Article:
Does the Analog Four have dedicated MIDI sequencer tracks?

No. Instead it features a dedicated CV/Gate track, controlling the two dual CV/Gate outputs.

What you can do with MIDI output is not output MIDI messages, but only MIDI sync. So, if you’re sequencing the step sequencer only with CV hardware, or you have another piece of gear with a sequencer in it and only need sync, this isn’t an issue. If, on the other hand, you were considering the Analog Four as the hub of some digital gear – yes, it’s an issue. Here’s hoping this is something that gets addressed in a firmware update.

That’s the bad news; back in the good news category (update)… Simone Ghetti notes that while you can’t re-route the filters, you can use them with external inputs. Now, this gets very cool:

The filters for each of the 4 voices can be used to treat incoming audio from the inputs essentially creating a sequence-able filter bank. Seeing what filter banks go for these days, it adds a whole level of functionality to the unit beyond the synth section.

Elektron’s promo video gives an overview (in short order) of how they see these features coming together:

But much better viewing is this jam by Project Dataline – aka Cenk Sayinli (Jake). In this first video, he jams with the machine and demonstrates how useful it is having access to those dedicated parameter knobs and quick-edit menu keys. Jake is dedicated to hardware workflows. Project Dataline focuses exclusively on Elektron machines. Previously based in Istanbul and the UK, his apparent love of Sweden has him now located in the belly of the beast, Elektron’s home Goteborg, Sweden. (Little wonder how he managed the first hands-on, then.)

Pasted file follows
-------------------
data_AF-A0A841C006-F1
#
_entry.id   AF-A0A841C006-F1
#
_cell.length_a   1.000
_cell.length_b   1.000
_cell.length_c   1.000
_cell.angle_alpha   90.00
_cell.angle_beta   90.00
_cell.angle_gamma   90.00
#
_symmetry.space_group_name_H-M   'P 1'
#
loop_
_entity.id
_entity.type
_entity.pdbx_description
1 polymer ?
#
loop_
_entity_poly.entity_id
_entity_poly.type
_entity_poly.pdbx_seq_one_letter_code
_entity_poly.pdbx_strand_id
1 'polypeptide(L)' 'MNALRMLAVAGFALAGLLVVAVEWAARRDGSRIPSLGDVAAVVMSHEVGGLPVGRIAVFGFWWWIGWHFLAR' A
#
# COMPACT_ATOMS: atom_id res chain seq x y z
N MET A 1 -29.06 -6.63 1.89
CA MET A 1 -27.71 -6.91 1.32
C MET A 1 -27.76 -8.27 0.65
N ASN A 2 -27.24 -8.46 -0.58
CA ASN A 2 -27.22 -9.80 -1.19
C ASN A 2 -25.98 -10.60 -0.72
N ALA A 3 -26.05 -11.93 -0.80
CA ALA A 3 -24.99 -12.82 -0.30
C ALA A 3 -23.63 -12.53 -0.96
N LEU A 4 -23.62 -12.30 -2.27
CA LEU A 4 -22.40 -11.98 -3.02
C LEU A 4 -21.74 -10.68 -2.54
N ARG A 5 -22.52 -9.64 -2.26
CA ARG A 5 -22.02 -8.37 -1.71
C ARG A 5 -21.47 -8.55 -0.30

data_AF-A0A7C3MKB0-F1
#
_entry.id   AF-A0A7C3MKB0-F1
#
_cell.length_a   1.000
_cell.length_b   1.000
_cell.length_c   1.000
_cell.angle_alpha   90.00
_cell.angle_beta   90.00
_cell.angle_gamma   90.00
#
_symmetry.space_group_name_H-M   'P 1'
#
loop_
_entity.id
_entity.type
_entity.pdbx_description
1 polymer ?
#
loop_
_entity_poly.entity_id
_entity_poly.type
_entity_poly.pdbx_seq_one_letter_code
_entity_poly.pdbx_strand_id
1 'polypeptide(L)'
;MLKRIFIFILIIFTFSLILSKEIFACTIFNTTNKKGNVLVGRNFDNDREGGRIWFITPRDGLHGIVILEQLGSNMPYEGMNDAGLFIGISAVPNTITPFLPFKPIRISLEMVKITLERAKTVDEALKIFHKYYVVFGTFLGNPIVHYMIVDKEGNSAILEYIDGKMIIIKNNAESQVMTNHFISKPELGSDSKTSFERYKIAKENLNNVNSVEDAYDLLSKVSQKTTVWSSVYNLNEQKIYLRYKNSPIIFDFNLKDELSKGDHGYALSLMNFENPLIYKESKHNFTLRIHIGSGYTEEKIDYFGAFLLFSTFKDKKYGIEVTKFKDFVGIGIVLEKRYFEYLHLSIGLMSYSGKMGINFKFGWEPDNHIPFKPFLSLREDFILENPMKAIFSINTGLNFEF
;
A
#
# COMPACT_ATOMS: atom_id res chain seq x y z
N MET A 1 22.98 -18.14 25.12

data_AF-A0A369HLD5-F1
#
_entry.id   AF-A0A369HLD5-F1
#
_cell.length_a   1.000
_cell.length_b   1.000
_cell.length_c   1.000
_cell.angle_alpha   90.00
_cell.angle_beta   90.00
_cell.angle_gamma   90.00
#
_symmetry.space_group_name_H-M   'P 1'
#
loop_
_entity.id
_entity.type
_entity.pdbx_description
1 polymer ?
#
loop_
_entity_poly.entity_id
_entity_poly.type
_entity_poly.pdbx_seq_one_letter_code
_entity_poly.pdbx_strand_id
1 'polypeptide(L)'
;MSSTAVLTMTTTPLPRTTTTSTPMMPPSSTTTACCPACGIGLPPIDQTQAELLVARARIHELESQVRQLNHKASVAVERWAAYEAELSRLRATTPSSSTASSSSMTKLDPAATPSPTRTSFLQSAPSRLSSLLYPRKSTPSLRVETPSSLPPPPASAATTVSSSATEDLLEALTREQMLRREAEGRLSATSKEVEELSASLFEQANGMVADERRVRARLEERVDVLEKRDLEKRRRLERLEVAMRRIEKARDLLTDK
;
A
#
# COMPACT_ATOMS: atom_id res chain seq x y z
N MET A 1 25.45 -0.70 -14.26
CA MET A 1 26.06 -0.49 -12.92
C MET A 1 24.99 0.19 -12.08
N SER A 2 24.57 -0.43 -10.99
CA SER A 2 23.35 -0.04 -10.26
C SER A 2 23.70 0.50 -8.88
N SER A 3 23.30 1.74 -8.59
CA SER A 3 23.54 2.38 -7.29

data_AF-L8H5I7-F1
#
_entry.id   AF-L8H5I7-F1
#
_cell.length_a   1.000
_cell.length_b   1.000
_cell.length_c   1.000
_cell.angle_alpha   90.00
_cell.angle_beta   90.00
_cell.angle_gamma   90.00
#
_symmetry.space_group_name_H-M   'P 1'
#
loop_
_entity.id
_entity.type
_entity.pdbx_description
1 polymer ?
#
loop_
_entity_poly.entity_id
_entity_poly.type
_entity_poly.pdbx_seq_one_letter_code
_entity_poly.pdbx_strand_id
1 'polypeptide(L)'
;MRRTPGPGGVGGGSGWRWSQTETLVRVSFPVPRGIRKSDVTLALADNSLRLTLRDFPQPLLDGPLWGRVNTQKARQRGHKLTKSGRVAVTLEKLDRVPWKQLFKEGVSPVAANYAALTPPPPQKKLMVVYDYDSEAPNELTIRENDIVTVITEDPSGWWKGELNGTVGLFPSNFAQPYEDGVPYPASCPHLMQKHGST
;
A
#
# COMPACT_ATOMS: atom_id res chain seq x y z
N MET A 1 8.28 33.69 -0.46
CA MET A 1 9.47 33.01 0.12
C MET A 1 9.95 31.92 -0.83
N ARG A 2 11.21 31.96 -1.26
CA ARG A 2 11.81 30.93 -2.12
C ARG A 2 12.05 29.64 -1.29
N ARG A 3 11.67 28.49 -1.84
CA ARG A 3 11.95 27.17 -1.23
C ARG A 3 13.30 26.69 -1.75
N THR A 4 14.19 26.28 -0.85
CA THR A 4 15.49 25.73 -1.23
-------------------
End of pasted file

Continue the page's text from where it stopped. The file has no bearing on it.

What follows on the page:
It’s not only Elektron, per se. While he works with the Machinedrum, Monomachine, and Octatrack, he also has the creation of Elektron veterans in the form of Teenage Engineering’s OP-1 – and has done an OP-1 track on a compilation of OP-1-only music.

More on his music:
(Oh, yeah, and bonus – by coincidence, he also collaborates with Radek Rudnicki, as covered here yesterday.)

Have a listen to Elektron’s official sound set, which includes some tasty examples:

I just want to touch and hear the thing, especially as the audio samples posted so far are a bit mixed. Experimental sequences are sounding fantastic; some of the basslines are sounding a bit vanilla. (I really, really shouldn’t be critical of these things, as I badly botched early sound samples of our own MeeBlip synth. So, yes, I know it’s hard to do demos. Just have a listen, keep an open mind, and stay tuned for people to get these things.)

To skip to the things that make my blood actually start pumping (dunno about yours), try out the Experimental Sequences – particularly the second one, with some beautiful noise and distortion.

I do also wonder what the breakdown of this equipment’s audience will be. Elektron has always made instruments for hard-core enthusiasts. At the same time, will this mostly attract analog lovers with its CV I/O, or will that be secondary as an audience of producers chooses its “analog”-ness for sound?

Regardless, I think there’s little question this is one of the more compelling recent product intros – arriving just in time for Christmas.

What strikes you about Analog Four – and what would you want to know about it? Let us know.